I love their manifesto:

“zingmagazine came out of the idea that within certain disciplines, artistic and otherwise, various cross-references occur, both with individuals and the material of their particular interest. Rather than remaining isolated and apart, either through an unaware and uninformed (or aware and informed) malaise, there is a need to commingle arenas.

By establishing a forum of collaborative exchange, zingmagazine examines points of both similar and dissimilar articulations. Like sets and subsets in a mathematical diagram, having similar and opposite properties, parts of the exchange will share epiphanies while others will securely diverge.

But in the examination of these current issues, born out of the curatorial collaborative spirit, zingmagazine reaches for the crossing point, and it is from this “crossing” where fiction meets poetry for lunch, theorists mingle with artists over which they are, and while we all assume new boundaries with an excess of technology in the modern world that we find our inspiration. Likewise, it is from this crossing that the title is honed.

The format of zingmagazine is comprised of rotating curatorial projects. Each curator is invited to create a context of their choosing for each issue. A myriad of different disciplines are explored in each issue from architecture, design, fiction, poetry, drawing, photography, video, music, fashion, as well as a special projects including books, posters, and CDs. Lack of parameters or limits is the impetus, with the idea that the creative impulse, within each of the curators/disciplines, will produce individual projects both of the curators and the participants.”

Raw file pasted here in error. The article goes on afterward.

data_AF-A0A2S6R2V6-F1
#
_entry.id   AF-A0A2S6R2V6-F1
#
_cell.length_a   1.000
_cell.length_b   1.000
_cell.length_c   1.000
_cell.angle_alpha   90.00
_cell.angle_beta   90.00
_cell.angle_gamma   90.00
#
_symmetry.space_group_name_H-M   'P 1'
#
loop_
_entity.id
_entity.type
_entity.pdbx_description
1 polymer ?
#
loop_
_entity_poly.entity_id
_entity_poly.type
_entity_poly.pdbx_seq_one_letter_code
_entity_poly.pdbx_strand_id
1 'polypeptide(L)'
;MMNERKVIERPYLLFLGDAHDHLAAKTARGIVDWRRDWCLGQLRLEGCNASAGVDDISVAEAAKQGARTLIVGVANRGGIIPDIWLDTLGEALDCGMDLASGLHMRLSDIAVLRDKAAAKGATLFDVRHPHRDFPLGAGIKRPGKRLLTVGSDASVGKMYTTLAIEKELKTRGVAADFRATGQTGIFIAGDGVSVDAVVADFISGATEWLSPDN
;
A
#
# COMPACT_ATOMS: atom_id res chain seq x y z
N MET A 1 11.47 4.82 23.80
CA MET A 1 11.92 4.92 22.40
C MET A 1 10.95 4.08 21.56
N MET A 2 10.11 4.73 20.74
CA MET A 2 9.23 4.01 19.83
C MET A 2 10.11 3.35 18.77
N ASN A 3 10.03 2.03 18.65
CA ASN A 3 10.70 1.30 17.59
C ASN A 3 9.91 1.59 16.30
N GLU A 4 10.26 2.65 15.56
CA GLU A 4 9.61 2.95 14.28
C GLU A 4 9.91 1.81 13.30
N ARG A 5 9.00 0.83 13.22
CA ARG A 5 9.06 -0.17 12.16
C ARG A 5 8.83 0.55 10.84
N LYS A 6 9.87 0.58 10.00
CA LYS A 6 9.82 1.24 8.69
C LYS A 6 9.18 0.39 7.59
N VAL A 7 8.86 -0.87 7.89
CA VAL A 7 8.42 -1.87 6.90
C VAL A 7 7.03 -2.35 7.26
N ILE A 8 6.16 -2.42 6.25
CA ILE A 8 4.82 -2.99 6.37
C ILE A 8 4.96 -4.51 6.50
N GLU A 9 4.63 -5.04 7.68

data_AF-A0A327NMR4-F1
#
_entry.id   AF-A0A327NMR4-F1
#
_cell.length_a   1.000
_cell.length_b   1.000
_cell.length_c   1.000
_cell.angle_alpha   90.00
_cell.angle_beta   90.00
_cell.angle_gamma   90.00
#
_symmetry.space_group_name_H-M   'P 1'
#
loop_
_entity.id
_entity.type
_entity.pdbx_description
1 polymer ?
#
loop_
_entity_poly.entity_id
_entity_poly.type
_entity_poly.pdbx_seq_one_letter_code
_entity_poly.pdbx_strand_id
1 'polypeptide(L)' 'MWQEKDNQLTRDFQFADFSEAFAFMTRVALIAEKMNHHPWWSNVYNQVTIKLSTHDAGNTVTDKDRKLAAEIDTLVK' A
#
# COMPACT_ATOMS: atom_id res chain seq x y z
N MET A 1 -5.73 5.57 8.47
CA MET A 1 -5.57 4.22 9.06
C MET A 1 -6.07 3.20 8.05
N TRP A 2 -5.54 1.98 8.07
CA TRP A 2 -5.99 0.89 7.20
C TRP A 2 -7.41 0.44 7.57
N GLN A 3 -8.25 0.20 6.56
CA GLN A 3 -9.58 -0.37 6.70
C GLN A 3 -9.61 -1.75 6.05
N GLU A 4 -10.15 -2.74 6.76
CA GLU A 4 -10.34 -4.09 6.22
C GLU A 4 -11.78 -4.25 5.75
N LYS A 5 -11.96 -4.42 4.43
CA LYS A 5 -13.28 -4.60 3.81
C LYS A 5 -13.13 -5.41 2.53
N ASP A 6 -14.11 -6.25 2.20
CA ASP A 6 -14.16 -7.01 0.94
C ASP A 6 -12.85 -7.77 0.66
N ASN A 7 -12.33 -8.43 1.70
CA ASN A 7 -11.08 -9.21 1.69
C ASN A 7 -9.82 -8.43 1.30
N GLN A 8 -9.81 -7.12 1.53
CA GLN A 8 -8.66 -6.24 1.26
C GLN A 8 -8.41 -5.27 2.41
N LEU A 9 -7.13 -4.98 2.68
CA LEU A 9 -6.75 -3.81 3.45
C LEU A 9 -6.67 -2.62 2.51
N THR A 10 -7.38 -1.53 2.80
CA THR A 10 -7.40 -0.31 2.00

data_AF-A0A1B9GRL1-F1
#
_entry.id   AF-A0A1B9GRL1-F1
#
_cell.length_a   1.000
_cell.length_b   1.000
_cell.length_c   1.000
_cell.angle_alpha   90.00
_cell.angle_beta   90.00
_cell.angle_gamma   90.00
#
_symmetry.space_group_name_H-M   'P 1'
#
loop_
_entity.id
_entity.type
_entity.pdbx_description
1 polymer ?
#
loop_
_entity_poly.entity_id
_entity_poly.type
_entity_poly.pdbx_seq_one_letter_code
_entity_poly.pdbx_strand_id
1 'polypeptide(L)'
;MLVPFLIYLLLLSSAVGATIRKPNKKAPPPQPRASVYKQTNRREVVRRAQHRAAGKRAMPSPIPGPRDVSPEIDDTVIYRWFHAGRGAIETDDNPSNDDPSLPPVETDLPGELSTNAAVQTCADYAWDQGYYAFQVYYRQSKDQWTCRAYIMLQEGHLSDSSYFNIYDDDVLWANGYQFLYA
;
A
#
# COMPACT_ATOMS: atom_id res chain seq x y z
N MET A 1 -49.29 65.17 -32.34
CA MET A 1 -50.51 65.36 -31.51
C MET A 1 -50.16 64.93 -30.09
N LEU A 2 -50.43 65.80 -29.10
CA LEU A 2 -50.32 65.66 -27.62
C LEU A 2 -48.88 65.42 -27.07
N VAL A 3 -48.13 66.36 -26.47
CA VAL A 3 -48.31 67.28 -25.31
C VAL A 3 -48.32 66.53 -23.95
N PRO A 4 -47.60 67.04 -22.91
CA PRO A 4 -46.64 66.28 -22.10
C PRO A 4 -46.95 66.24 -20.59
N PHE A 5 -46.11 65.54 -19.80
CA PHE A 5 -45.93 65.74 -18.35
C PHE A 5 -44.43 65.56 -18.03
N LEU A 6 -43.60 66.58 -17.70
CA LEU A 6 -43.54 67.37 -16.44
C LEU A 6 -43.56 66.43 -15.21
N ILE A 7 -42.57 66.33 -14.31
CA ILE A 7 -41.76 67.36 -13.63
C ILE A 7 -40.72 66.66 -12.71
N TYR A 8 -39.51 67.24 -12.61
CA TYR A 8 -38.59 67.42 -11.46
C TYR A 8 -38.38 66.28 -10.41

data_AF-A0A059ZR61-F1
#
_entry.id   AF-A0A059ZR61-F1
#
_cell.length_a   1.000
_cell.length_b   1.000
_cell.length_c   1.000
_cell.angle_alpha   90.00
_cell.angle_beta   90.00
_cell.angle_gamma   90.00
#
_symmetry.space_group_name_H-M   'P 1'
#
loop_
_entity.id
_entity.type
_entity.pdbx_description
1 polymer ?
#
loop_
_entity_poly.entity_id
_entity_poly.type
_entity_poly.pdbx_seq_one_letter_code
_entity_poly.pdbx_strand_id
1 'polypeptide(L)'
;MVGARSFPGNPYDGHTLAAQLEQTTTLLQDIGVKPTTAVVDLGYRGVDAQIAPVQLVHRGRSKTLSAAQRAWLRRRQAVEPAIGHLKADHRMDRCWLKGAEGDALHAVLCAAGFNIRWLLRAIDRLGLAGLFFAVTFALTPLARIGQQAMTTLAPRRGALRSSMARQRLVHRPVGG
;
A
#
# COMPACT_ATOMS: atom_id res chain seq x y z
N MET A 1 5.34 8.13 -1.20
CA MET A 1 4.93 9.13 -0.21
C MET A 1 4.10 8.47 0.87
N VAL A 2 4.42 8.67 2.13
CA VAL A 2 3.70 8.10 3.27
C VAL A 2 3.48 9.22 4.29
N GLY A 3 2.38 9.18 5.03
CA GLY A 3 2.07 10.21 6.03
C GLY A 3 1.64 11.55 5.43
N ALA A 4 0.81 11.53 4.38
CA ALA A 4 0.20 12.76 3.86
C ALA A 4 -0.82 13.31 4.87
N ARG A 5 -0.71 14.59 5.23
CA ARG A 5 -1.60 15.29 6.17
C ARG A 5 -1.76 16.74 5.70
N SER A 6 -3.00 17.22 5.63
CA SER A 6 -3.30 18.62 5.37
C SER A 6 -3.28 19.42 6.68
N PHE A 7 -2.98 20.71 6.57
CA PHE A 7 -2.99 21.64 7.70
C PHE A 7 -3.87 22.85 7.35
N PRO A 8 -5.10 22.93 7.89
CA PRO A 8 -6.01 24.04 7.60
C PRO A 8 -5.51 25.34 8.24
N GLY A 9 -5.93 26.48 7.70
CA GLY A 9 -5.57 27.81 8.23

Devon Dikeou New York, New York 1995

This issue is from August 2013 so I hope they’re putting out a new one soon.

Europe 02 / Paris

  • Posted 7th July 2014

so paris.

a status I posted on FB pretty much sums it up: “I think one of the things I like best about Paris is that it has so many buildings, doors and statues in all my favorite shades of green, lined in black white or cream with gold accents. Everywhere.”
Honestly though, it kinda broke my heart. I think I built it up so much from what I’ve seen that when I was actually there and it rained majority of the time without my lover it just wasn’t the experience I’d dreamt about. (unlike amsterdam — which I’ll get to later— that I had no expectations for and it was insane).

That said, I do think that Paris was insanely beautiful and romantic and I cannot wait to come back someday with b and an unplanned schedule so we can just stroll and hold hands and make-out like all the other couples. i couldn’t get enough of the gold, chipped paint, ornate ceilings, gorgeous marble, strange details.
My favorite experiences in Paris:
1. the late afternoon river cruise (+banana/nutella crepes) that turned into a glittering night atop the eiffel tower.
2. getting caught in the rain in the gardens of versailles.